Frederic Remington (1861-1909) cast 22 different subjects. The first foundry with which he worked was the Henry-Bonnard Bronze Company in New York. Four different sculptures were cast in bronze, starting in 1895, using the sand-casting method. They were The Broncho Buster, The Wounded Bunkie, The Wicked Pony, and The Scalp. In 1900 Remington began working exclusively with the Roman Bronze Works, New York. They produced his bronzes using the lost-wax bronze casting process until his death in 1909. Remington’s widow, Eva, authorized the foundry to continue casting Remington’s bronzes, until her death in 1918. By direction of Eva Remington’s will, the foundry destroyed the molds shortly after her death.
In 1923 this Museum opened, holding Eva Remington’s collection of Remington’s art and archives. The institution maintained the copyrights on Remington’s bronzes until they expired in the 1960s. Illegal forgeries were made starting soon after Eva Remington’s death. Since the copyrights expired, there have been copies in just about all shapes, sizes, colors, etc. Some places are even making bronzes that Remington “might have made if he had lived longer.” There is no law governing the manufacture of these copies even though many of them clearly say, “Copyright by Frederic Remington” on them.
The words “authentic” and “original” do not apply to Remington bronze reproductions. If you are wondering whether something is original or not, consider the price that’s being asked and the circumstances under which it is being offered for sale. Sometimes Remington bronze reproductions are offered as “vintage,” “older,” “signed,” “estate,” and “original,” when none of these words apply. Buyers are often urged to spend far more than the reproductions are worth. Generally, authentic Remington bronzes are not available anywhere for less than $75,000.
Here are two things to look for to reassure yourself further that a particular sculpture is not an original Remington bronze: 1. foundry mark. Most copies bear no indication of where they were made. Authentic sculptures are made with the foundry’s name clearly cast into the bronze base. 2. In very few instances will an authentic cast be mounted on a marble base. Copies are frequently mounted on them.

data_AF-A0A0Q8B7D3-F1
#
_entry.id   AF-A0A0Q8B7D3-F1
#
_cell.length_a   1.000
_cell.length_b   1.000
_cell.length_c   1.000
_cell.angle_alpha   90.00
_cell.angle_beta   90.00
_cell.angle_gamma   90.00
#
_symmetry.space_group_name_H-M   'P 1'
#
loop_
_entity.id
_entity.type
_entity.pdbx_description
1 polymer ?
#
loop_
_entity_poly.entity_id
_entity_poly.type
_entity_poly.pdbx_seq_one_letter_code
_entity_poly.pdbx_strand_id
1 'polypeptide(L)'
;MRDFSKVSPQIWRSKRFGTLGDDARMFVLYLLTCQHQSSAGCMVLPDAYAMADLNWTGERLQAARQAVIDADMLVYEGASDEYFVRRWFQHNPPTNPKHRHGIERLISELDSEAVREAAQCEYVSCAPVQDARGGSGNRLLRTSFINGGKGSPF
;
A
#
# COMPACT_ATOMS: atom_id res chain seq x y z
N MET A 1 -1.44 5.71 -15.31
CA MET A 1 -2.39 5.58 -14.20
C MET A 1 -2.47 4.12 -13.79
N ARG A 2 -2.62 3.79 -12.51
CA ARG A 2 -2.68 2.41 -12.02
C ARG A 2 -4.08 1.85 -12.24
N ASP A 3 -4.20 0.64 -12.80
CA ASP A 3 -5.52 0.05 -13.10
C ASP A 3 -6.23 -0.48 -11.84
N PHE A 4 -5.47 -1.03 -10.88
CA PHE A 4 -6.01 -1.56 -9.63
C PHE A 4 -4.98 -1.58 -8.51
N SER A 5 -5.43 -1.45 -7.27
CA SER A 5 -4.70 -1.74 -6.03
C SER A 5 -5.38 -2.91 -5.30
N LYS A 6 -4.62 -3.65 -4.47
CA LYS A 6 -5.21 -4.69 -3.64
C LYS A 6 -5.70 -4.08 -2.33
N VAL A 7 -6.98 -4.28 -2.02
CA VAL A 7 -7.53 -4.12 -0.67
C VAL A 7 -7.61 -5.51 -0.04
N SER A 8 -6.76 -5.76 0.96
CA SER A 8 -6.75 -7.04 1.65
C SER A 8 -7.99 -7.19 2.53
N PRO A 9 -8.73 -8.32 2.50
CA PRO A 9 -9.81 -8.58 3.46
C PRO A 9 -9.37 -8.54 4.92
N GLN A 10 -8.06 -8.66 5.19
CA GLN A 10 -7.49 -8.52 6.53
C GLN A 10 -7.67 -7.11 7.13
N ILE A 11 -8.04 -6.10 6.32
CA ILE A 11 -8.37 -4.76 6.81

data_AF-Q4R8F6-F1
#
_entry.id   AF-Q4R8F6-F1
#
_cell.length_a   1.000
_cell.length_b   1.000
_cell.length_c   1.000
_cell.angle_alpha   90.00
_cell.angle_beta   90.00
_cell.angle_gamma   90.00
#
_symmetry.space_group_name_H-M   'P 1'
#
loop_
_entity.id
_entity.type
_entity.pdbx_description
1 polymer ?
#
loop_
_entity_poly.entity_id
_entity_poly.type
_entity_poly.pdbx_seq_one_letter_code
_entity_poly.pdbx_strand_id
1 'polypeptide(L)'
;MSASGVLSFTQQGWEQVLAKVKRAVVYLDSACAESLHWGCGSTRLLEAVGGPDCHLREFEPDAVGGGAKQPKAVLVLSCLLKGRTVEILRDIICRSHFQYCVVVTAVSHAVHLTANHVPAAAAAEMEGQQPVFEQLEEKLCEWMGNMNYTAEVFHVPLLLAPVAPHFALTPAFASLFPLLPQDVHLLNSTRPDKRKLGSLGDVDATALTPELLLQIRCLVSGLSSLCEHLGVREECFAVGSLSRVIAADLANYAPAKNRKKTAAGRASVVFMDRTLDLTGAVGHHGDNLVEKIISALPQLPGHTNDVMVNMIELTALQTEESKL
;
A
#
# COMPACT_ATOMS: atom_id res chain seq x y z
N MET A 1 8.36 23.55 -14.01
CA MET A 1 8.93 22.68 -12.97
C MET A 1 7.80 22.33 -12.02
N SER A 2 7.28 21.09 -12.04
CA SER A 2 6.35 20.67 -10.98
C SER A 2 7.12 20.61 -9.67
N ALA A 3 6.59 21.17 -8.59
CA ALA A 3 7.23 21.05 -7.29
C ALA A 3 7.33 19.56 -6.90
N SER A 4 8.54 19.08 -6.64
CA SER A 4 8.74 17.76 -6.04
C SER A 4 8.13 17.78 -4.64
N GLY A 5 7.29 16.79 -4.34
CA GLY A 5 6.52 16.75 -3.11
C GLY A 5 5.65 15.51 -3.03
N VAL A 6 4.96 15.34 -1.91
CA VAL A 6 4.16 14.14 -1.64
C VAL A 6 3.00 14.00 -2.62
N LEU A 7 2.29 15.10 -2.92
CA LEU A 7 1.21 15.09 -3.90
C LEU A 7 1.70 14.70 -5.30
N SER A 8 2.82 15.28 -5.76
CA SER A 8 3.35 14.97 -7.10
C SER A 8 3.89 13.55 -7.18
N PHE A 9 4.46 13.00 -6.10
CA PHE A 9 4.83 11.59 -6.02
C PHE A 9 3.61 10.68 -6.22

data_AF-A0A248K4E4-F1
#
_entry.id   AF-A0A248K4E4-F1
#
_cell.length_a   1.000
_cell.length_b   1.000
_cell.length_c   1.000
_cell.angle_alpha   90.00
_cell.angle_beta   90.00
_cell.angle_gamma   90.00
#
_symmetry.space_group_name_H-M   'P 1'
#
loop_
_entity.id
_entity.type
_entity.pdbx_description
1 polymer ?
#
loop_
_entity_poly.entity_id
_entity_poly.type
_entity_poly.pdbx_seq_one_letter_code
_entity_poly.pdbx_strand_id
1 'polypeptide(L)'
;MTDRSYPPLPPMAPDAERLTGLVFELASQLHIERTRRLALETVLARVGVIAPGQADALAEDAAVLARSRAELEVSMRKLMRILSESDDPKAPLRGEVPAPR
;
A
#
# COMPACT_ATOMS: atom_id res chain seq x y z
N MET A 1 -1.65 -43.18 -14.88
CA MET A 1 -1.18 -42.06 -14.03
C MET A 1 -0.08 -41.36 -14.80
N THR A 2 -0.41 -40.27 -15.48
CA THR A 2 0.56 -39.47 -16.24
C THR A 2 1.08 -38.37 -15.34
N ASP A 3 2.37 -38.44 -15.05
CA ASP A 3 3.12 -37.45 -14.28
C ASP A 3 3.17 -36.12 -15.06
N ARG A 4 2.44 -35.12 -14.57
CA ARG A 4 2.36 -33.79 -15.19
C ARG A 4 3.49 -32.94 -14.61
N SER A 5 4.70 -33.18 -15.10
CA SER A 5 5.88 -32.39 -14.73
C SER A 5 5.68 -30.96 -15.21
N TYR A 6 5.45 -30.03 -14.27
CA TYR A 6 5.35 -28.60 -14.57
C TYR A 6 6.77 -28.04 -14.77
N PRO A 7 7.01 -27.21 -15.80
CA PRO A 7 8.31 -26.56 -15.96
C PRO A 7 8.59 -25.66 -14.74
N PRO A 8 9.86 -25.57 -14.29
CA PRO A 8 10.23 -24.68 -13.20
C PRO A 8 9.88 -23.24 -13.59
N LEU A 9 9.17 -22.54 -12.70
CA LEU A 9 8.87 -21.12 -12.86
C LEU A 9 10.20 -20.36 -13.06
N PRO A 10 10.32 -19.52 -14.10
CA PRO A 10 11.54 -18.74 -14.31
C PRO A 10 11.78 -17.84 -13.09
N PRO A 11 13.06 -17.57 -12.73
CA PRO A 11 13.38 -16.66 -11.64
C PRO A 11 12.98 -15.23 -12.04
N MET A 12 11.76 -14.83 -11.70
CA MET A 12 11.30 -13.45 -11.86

There is always great curiosity about numbering. Original bronzes are numbered sequentially. They were made and numbered more or less according to the demand, i.e. 1,2,3, etc. not 1/100 or 19/50. Many copies are misleadingly numbered in this second “3/100” fashion. The location of the number on original sculptures is usually under the bronze base.
Since most copies do not bear the name of the foundry that made them, it is a total mystery where and when they were made.
How Are Reproductions Made?
The most common method is for a sculpture to be reproduced is for a sculptor to look at photos of an original bronze and make a model in wax or clay. A mold is then made from the model to cast the copies in bronze. The other method, which brings better results, and the one which many companies would like you to believe they use, is by making recasts (also called surmoulages). To make a recast, an original sculpture is needed (although we’re sure there have been copies made of copies). Technicians take the surface impression of the sculpture with latex, then make a mold from that impression with which to cast copies. Using either method, details are often added that Remington never intended. The presence of elaborate detail is not an indication of authenticity.